In the past, IT departments tended to lead the adoption of technology to support core business activity. When a new technology such as desktop computers came to market, it took some time for businesses to take advantage of it and even longer for the business to become dependent on it. Once it was adopted however, it became subject to business rules, subject to the expectation that it kept up to date with the rest of the market. 

[easy-tweet tweet=”Adopting technology-as-a-service models has changed the way #technology and applications are used” user=”comparethecloud”]

This environment has changed. Today, most organizations operate digitally, adopting technology-as-a-service models that have changed the way technology and applications are used. Support now comes from external vendors and not in-house staff. With adoption of cloud as a service model it is becoming increasingly possible to not have an IT department at all.

digitalisation cannot be held back, particularly in the era of Cloud, Big Data, and the Internet of Things

IT in business

Most IT departments to this day remain close to their technology roots. This is partly because they continue to be run by technologists and engineers whose primary interest lies in the adoption and challenge presented by new technology. However, not every highly qualified engineer makes a good business person, but most organizations promote people who are good at their jobs into management.

This has resulted in many IT departments traditionally not being run as a business and good models for how IT should run have been piecemeal or slow to develop. This is despite the key role that IT has increasingly had in enabling digital business and in turn influencing how that business should be run. While some standards have been developed as guides for how different elements of IT should be run (COBIT for governance, ITIL for service management, TOGAF®, an Open Group standard, for architecture), there has been no overarching standard that can encompass how all of IT should be holistically managed. Despite all the technological advances, IT has yet to become a smooth-running business machine.

No longer business as usual

With today’s emphasis on business and technology agility, everything happens nearly instantaneously

Both the business and technological climate isn’t the same as it was when companies took years to implement a software upgrade. With today’s emphasis on business and technology agility, everything happens nearly instantaneously. With this pressure (among many others) facing IT, departments need to either change or adopt a model where IT is more effectively managed. Failure to do so will result in a certain level of chaos that will hinder an organisation from achieving its business objectives.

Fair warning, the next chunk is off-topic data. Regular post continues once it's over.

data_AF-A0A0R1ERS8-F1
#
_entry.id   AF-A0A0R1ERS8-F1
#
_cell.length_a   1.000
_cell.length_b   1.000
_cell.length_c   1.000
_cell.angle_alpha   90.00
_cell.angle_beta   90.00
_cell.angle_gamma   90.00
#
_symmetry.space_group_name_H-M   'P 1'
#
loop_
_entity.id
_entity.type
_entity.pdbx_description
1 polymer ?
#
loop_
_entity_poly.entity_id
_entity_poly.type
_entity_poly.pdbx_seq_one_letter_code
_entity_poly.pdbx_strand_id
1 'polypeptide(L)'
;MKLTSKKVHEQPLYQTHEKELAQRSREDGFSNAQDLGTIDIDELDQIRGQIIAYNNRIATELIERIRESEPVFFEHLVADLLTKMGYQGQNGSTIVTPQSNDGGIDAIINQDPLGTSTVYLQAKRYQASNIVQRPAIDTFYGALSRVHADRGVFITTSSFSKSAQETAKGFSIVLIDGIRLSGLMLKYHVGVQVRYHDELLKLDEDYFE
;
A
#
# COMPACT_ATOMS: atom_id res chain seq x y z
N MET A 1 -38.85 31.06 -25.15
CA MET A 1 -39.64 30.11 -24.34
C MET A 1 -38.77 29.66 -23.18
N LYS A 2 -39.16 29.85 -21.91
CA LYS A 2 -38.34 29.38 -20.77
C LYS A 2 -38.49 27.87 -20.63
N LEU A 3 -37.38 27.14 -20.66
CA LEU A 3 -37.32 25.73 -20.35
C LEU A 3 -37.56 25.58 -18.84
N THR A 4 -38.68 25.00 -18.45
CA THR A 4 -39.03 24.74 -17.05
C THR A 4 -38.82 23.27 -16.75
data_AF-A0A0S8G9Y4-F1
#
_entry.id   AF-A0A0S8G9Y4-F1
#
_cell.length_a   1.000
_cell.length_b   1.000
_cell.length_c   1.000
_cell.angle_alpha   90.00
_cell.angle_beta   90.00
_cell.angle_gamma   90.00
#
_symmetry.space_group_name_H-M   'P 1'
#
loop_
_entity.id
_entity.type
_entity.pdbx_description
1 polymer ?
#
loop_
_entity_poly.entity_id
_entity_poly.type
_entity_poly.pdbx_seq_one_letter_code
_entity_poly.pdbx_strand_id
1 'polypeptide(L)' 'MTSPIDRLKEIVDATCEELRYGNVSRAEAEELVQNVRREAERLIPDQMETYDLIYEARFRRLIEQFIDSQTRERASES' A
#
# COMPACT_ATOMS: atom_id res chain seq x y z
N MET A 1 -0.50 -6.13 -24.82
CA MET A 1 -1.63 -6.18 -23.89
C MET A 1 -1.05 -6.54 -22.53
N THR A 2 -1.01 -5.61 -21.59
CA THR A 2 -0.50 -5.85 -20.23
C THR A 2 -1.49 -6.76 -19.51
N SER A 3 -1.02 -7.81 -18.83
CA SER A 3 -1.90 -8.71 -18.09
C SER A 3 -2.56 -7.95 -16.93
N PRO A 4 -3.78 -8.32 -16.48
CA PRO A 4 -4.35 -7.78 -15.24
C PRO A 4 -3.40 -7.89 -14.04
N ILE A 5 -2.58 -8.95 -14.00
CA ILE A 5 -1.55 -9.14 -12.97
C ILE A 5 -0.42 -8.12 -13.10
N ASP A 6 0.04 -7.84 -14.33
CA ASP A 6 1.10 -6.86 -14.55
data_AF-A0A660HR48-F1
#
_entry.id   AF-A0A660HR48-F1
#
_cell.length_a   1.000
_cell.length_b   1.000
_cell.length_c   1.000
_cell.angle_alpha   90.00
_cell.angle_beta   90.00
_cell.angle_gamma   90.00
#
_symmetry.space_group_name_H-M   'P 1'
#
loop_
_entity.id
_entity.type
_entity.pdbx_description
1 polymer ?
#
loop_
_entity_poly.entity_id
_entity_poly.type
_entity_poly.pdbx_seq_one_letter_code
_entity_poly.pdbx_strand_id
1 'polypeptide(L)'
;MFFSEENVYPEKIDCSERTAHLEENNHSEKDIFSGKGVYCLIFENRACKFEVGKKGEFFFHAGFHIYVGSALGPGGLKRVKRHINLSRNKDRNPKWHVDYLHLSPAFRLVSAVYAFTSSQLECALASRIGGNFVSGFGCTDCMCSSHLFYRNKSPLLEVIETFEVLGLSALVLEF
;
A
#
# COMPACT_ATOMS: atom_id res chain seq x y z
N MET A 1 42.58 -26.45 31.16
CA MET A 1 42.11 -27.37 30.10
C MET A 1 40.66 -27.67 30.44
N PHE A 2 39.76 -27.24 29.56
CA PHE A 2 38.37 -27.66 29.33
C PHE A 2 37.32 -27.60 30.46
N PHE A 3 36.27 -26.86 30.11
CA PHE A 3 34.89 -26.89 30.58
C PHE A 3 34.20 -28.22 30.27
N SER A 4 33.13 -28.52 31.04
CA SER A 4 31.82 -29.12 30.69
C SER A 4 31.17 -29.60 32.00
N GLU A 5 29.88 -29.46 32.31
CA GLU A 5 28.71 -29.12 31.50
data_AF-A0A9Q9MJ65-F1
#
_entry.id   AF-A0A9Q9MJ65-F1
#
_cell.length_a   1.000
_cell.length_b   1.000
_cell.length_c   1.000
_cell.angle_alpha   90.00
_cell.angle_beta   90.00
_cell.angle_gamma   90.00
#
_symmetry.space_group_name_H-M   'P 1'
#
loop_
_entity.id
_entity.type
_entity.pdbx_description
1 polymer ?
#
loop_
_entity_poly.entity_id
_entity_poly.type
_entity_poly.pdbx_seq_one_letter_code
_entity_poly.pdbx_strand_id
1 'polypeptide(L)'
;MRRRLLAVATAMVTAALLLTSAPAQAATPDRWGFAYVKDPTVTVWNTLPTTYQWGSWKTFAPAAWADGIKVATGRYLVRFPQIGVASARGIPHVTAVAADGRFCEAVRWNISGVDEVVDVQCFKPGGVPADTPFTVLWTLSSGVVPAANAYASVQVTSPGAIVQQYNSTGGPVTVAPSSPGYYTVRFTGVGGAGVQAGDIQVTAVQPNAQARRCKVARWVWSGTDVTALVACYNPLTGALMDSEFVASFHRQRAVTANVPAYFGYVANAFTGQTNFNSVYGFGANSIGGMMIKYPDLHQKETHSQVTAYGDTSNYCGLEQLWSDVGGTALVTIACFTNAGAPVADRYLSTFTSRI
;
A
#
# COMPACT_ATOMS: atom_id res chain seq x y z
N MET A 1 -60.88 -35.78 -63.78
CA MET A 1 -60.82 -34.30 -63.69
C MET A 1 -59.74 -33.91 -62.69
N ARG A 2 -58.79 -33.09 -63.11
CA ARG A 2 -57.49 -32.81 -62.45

The absence of an effective management model for IT means that companies aren’t able to move quickly in a digital age. Even an inability to utilise data effectively in future could result in problems when looking to invest in a new product that customers are keen to use. Such mistakes can be the difference between success and failure in the modern economy.

By adopting a coherent business model for the IT operation, you are able to make better choices for your IT department. With technology evolving so quickly, you have to be able to understand what will help achieve your organisation’s business goals.

[easy-tweet tweet=”IT departments without a good business model and strategy will not know when to invest in the correct technologies”]

IT departments that do not have a good business model and have not aligned their portfolios with the business strategy will not know when to invest in the correct technologies and as a result may miss out on the new technologies that could provide significant business benefit. The absence of a framework to map how new technology could fit into the business will still result in a very advanced department technologically, but not one able to support the broader business. 

A new world for IT

To help avoid the consequences for the IT department if it isn’t run more like a business, industry leaders have collaborated and formed a consortium that addresses how to better run the business of IT. With billions invested in IT every year these companies recognised that such investment must be made wisely to show long term results.

The Open Group’s IT4IT™ Forum

The result is The Open Group’s IT4IT™ Forum, which in October released its first standard for running IT more like a business. This standard provides a unified operating model for IT, supplying the “missing link” that previous IT-function specific models don’t address. The standard allows IT to achieve the same level of business, discipline, predictability and efficiency as other business functions.

The time is right for IT4IT as digitalisation cannot be held back, particularly in the era of Cloud, Big Data, and the Internet of Things.  The IT4IT standard places IT at the heart of a business model that allows IT to be a core part of the modern enterprise, providing a clear path for digital businesses to compete and thrive for many years to come.

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David Lounsbury, Chief Technical Officer, The Open Group David is Chief Technical Officer for The Open Group. As CTO he ensures that the people and IT resources at The Open Group are effectively used to implement the organisation’s strategy and mission, including The Open Group’s proven processes for collaboration and certification both within the organisation and in support of third-party consortia. David holds a degree in Electrical Engineering from Worcester Polytechnic Institute, and is holder of three U.S. patents.